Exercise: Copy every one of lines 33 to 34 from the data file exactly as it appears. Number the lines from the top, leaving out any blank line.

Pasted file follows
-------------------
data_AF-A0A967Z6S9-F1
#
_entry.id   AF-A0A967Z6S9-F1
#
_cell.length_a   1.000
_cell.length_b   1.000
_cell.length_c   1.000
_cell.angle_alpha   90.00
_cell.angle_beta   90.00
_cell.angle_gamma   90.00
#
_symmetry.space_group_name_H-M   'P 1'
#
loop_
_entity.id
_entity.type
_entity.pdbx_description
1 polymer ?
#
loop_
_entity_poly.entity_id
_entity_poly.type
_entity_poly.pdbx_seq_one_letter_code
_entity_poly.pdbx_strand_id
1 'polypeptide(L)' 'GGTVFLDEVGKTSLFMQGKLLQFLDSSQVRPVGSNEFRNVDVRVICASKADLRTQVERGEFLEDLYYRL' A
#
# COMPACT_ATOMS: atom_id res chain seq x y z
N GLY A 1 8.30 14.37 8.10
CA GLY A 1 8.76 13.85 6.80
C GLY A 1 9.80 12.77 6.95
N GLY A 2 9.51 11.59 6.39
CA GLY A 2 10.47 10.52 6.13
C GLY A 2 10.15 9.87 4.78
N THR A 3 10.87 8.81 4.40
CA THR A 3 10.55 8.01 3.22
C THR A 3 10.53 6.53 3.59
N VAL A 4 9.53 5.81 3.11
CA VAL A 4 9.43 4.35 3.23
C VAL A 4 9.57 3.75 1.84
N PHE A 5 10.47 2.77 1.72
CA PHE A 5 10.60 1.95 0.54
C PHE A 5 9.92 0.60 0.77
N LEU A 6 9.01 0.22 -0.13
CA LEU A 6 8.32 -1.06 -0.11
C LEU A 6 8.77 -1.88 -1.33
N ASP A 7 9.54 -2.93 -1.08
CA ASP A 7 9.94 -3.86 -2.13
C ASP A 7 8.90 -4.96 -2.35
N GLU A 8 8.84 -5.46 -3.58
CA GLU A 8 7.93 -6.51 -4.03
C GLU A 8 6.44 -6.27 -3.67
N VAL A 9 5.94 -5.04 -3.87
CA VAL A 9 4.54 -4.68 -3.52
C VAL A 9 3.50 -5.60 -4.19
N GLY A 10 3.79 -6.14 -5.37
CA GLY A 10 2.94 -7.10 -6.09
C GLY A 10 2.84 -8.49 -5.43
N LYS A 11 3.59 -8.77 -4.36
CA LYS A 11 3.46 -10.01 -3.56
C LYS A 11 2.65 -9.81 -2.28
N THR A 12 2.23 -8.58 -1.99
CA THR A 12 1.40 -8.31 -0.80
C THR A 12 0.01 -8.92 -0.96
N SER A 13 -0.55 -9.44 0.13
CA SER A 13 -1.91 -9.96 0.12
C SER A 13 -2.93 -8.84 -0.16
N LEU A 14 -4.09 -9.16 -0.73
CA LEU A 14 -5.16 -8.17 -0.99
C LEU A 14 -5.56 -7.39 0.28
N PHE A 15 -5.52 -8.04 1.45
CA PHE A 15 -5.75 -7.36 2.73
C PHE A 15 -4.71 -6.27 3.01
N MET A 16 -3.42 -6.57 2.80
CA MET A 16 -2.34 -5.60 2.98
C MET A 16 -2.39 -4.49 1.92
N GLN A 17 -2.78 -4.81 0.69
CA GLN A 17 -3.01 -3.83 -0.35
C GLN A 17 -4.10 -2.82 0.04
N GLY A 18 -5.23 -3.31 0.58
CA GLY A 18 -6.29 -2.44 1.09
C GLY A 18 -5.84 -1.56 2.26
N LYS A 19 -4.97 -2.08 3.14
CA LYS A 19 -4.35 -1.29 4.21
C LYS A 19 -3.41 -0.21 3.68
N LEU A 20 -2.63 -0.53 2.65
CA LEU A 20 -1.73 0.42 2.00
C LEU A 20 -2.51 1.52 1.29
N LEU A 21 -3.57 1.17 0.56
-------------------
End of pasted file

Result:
C GLY A 2 10.15 9.87 4.78
N THR A 3 10.87 8.81 4.40